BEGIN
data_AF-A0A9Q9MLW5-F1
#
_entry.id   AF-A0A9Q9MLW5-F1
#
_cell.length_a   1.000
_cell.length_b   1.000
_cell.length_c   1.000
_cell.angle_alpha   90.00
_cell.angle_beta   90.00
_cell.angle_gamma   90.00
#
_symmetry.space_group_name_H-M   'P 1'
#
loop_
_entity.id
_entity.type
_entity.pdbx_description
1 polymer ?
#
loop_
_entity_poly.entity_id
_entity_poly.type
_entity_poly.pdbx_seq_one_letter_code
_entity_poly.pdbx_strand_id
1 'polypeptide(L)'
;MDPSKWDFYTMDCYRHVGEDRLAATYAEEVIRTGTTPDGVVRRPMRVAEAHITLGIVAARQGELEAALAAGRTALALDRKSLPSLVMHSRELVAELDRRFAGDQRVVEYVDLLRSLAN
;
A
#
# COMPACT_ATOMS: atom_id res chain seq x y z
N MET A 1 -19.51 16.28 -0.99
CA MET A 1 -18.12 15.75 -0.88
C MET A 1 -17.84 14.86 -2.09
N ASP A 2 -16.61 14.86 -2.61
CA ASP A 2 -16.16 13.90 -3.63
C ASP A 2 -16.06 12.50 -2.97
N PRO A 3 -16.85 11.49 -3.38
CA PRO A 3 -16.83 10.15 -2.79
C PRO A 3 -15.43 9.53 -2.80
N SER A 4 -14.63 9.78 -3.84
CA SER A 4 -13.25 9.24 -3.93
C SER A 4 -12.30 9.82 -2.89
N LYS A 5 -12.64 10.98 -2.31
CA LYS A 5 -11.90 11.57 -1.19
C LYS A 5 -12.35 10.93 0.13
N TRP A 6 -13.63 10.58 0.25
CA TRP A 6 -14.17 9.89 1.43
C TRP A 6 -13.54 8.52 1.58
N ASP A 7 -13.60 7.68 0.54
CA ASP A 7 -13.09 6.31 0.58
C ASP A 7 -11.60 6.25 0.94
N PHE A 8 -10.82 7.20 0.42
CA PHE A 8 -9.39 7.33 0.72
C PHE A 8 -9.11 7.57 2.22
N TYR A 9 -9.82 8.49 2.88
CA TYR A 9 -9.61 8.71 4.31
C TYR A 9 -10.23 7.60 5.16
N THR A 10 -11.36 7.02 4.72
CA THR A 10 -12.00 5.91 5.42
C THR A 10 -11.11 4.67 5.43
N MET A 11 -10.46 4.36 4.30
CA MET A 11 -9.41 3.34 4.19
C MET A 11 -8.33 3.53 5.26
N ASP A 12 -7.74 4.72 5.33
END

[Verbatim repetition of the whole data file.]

data_AF-A0A9Q9MLW5-F1
#
_entry.id   AF-A0A9Q9MLW5-F1
#
_cell.length_a   1.000
_cell.length_b   1.000
_cell.length_c   1.000
_cell.angle_alpha   90.00
_cell.angle_beta   90.00
_cell.angle_gamma   90.00
#
_symmetry.space_group_name_H-M   'P 1'
#
loop_
_entity.id
_entity.type
_entity.pdbx_description
1 polymer ?
#
loop_
_entity_poly.entity_id
_entity_poly.type
_entity_poly.pdbx_seq_one_letter_code
_entity_poly.pdbx_strand_id
1 'polypeptide(L)'
;MDPSKWDFYTMDCYRHVGEDRLAATYAEEVIRTGTTPDGVVRRPMRVAEAHITLGIVAARQGELEAALAAGRTALALDRKSLPSLVMHSRELVAELDRRFAGDQRVVEYVDLLRSLAN
;
A
#
# COMPACT_ATOMS: atom_id res chain seq x y z
N MET A 1 -19.51 16.28 -0.99
CA MET A 1 -18.12 15.75 -0.88
C MET A 1 -17.84 14.86 -2.09
N ASP A 2 -16.61 14.86 -2.61
CA ASP A 2 -16.16 13.90 -3.63
C ASP A 2 -16.06 12.50 -2.97
N PRO A 3 -16.85 11.49 -3.38
CA PRO A 3 -16.83 10.15 -2.79
C PRO A 3 -15.43 9.53 -2.80
N SER A 4 -14.63 9.78 -3.84
CA SER A 4 -13.25 9.24 -3.93
C SER A 4 -12.30 9.82 -2.89
N LYS A 5 -12.64 10.98 -2.31
CA LYS A 5 -11.90 11.57 -1.19
C LYS A 5 -12.35 10.93 0.13
N TRP A 6 -13.63 10.58 0.25
CA TRP A 6 -14.17 9.89 1.43
C TRP A 6 -13.54 8.52 1.58
N ASP A 7 -13.60 7.68 0.54
CA ASP A 7 -13.09 6.31 0.58
C ASP A 7 -11.60 6.25 0.94
N PHE A 8 -10.82 7.20 0.42
CA PHE A 8 -9.39 7.33 0.72
C PHE A 8 -9.11 7.57 2.22
N TYR A 9 -9.82 8.49 2.88
CA TYR A 9 -9.61 8.71 4.31
C TYR A 9 -10.23 7.60 5.16
N THR A 10 -11.36 7.02 4.72
CA THR A 10 -12.00 5.91 5.42
C THR A 10 -11.11 4.67 5.43
N MET A 11 -10.46 4.36 4.30
CA MET A 11 -9.41 3.34 4.19
C MET A 11 -8.33 3.53 5.26
N ASP A 12 -7.74 4.72 5.33